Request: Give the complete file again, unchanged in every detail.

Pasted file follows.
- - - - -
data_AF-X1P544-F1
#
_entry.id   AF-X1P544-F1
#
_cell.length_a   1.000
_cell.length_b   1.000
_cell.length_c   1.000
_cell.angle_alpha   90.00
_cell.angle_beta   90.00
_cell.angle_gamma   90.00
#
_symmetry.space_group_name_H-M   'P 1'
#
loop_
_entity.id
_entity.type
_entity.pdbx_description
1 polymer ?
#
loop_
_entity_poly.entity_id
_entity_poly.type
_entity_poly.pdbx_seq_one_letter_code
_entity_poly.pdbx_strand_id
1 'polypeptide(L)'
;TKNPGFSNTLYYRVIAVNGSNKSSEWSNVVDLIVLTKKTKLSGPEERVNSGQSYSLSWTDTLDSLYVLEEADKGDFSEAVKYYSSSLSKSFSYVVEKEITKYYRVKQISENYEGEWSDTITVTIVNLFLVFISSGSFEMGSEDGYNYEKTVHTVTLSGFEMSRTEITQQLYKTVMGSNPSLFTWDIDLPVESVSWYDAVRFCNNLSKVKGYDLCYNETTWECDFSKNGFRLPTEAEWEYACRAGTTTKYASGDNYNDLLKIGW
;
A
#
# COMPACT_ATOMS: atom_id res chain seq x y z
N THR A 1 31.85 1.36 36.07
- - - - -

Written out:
data_AF-X1P544-F1
#
_entry.id   AF-X1P544-F1
#
_cell.length_a   1.000
_cell.length_b   1.000
_cell.length_c   1.000
_cell.angle_alpha   90.00
_cell.angle_beta   90.00
_cell.angle_gamma   90.00
#
_symmetry.space_group_name_H-M   'P 1'
#
loop_
_entity.id
_entity.type
_entity.pdbx_description
1 polymer ?
#
loop_
_entity_poly.entity_id
_entity_poly.type
_entity_poly.pdbx_seq_one_letter_code
_entity_poly.pdbx_strand_id
1 'polypeptide(L)'
;TKNPGFSNTLYYRVIAVNGSNKSSEWSNVVDLIVLTKKTKLSGPEERVNSGQSYSLSWTDTLDSLYVLEEADKGDFSEAVKYYSSSLSKSFSYVVEKEITKYYRVKQISENYEGEWSDTITVTIVNLFLVFISSGSFEMGSEDGYNYEKTVHTVTLSGFEMSRTEITQQLYKTVMGSNPSLFTWDIDLPVESVSWYDAVRFCNNLSKVKGYDLCYNETTWECDFSKNGFRLPTEAEWEYACRAGTTTKYASGDNYNDLLKIGW
;
A
#
# COMPACT_ATOMS: atom_id res chain seq x y z
N THR A 1 31.85 1.36 36.07